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  • Print publication year: 2015
  • Online publication date: March 2015

1 - Introduction


With both parties becoming more homogeneous and less diverse, the nation’s political leaders have been freed to take harder positions, draw sharper lines and forsake the time-honored tradition of reaching across party lines to find common cause with the other side.

(Westphal 2004)

This quote captures three key aspects of the conventional wisdom on rising partisanship in Congress: that members have become increasingly polarized into two separate and non-overlapping ideological camps, that bipartisan cooperation has fallen as a result, and that these changes work against desired and “time-honored” efforts to find common ground in the legislative process. Those most critical of partisanship go even further, arguing that it produces gridlock, stunts policy innovation, and diminishes responsiveness on any level. In essence, polarization damages effective democratic governance.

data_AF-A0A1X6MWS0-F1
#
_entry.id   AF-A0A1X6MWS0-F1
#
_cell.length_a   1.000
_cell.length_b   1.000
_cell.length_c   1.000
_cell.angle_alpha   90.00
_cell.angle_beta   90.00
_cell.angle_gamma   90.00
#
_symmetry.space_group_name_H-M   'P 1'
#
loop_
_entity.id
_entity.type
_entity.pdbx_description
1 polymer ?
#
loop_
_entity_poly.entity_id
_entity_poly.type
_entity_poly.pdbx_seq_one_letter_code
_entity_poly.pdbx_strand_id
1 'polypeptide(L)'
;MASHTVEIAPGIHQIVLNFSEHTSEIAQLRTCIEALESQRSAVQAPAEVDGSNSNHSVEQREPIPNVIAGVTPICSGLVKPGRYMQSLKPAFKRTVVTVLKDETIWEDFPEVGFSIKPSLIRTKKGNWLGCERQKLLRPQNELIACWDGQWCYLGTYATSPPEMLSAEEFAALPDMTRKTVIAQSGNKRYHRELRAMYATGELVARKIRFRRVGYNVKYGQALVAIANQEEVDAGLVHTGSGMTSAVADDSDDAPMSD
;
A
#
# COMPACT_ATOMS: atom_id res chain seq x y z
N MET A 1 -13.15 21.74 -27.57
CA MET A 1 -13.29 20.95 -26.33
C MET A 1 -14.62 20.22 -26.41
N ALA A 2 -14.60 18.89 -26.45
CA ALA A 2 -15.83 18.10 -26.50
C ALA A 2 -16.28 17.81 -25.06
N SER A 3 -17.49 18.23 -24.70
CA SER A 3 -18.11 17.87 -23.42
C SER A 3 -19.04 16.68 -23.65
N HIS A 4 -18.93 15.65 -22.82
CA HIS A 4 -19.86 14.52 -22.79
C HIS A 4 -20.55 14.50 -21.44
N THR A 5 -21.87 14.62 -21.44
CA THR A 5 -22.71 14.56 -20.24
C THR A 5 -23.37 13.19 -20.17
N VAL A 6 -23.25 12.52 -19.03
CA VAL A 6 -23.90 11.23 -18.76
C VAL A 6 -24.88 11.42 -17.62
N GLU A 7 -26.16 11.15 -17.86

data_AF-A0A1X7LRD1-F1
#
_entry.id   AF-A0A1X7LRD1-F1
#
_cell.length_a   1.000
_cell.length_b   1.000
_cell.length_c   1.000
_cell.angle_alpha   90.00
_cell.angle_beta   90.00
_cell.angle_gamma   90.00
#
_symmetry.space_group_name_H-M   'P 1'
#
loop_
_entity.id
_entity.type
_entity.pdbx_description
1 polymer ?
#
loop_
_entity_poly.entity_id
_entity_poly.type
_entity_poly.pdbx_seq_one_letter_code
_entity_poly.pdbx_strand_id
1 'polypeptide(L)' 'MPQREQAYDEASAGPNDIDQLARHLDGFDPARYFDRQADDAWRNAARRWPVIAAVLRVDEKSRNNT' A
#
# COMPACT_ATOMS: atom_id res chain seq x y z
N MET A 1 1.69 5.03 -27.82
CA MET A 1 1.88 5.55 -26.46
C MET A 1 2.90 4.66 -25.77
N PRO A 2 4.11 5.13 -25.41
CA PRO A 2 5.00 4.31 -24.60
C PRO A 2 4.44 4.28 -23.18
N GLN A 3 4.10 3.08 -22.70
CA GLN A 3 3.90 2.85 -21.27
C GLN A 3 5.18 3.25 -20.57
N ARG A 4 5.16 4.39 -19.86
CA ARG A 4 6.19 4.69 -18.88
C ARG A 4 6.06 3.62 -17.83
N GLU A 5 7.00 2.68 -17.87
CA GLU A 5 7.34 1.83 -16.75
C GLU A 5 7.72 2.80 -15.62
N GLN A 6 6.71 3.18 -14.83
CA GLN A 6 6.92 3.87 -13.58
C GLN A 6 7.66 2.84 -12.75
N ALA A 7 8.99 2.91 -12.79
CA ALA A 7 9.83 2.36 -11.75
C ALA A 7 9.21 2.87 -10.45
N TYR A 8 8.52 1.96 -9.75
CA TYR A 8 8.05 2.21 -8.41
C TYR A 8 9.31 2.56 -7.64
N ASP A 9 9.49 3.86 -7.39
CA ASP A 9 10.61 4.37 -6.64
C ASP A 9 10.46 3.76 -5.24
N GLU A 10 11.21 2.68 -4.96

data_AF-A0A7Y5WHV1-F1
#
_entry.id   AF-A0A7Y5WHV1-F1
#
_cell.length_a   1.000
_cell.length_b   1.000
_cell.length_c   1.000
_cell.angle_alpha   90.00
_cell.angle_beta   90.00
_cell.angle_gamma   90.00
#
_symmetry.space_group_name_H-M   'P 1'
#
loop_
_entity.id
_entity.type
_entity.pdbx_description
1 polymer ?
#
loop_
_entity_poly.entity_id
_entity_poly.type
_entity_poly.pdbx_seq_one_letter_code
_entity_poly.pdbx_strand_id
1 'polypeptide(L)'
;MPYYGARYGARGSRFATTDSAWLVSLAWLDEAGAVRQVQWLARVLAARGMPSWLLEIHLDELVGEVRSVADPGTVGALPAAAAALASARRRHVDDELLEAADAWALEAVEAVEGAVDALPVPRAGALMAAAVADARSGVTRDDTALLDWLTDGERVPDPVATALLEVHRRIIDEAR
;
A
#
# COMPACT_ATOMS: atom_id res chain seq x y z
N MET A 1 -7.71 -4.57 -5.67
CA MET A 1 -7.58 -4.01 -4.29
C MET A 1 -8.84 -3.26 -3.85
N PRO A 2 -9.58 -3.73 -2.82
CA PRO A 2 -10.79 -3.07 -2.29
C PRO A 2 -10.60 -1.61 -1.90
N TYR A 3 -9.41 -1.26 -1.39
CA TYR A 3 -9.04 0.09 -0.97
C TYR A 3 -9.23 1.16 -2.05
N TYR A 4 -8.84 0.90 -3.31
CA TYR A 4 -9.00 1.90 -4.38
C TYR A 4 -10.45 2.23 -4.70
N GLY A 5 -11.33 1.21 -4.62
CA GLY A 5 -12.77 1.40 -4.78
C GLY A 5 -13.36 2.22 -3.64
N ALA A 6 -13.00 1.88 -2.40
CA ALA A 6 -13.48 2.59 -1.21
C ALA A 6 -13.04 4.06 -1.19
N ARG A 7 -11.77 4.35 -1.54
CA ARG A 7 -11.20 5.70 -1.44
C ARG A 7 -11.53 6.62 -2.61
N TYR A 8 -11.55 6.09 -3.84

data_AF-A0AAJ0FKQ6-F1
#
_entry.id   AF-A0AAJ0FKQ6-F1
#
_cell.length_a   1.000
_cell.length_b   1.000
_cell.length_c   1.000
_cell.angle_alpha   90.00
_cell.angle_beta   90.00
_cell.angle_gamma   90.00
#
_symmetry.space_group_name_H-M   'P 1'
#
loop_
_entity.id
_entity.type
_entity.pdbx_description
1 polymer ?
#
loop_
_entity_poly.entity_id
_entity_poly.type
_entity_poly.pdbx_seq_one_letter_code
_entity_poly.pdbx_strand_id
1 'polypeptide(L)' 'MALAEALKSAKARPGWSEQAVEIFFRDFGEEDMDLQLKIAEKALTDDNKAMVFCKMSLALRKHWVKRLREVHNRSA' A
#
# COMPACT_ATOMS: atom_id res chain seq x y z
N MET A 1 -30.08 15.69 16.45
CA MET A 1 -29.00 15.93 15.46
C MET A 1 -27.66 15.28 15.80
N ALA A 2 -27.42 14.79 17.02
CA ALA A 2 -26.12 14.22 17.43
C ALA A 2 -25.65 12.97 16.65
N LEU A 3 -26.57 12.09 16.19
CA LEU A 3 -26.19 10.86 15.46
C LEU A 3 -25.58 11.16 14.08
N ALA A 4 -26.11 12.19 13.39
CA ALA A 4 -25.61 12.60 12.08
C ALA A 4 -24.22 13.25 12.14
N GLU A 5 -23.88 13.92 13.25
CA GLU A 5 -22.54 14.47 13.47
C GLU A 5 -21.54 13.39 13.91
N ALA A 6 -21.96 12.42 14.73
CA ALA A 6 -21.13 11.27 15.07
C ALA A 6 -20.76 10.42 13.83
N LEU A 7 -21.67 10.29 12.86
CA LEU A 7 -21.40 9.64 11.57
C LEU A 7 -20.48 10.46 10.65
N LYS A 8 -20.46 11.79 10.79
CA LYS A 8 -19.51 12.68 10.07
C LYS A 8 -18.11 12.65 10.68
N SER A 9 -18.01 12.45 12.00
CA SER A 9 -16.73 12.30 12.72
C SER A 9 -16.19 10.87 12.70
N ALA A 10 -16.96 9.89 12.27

Just how well do we understand the roots of partisan conflict? Scholars have suggested that the existence of elite polarization is “largely noncontroversial” (Fiorina and Abrams 2008, 584). While there is controversy over the extent of polarization in the mass public, nearly all political observers agree that elected officials fall into two distinct camps, with few places of agreement between members of the two parties. Moreover, research clearly shows that party polarization in American politics, as measured by the ideal point estimates (i.e., ideological positions) of members in the two parties, has risen since the 1970s (e.g., McCarty et al. 2006; Theriault 2008). Rather than representing the full spectrum of the legislative process, however, these studies concentrate attention on just roll call voting. This book looks beyond (and before) roll call votes to explore the extent and timing of partisan conflict in the U.S. House of Representatives since the 1970s. Until we look beyond roll call votes, we cannot fully understand the roots of partisan conflict, separate the impact of individual members’ positions from that of party influence and agenda-setting, or gauge whether bipartisanship is, in fact, dead. A better understanding of these issues is a necessary first step toward evaluating the normative concerns that discussions of partisan conflict typically provoke, ranging from issues of governance and legislative action (or inaction) to issue attention across policy areas and representation.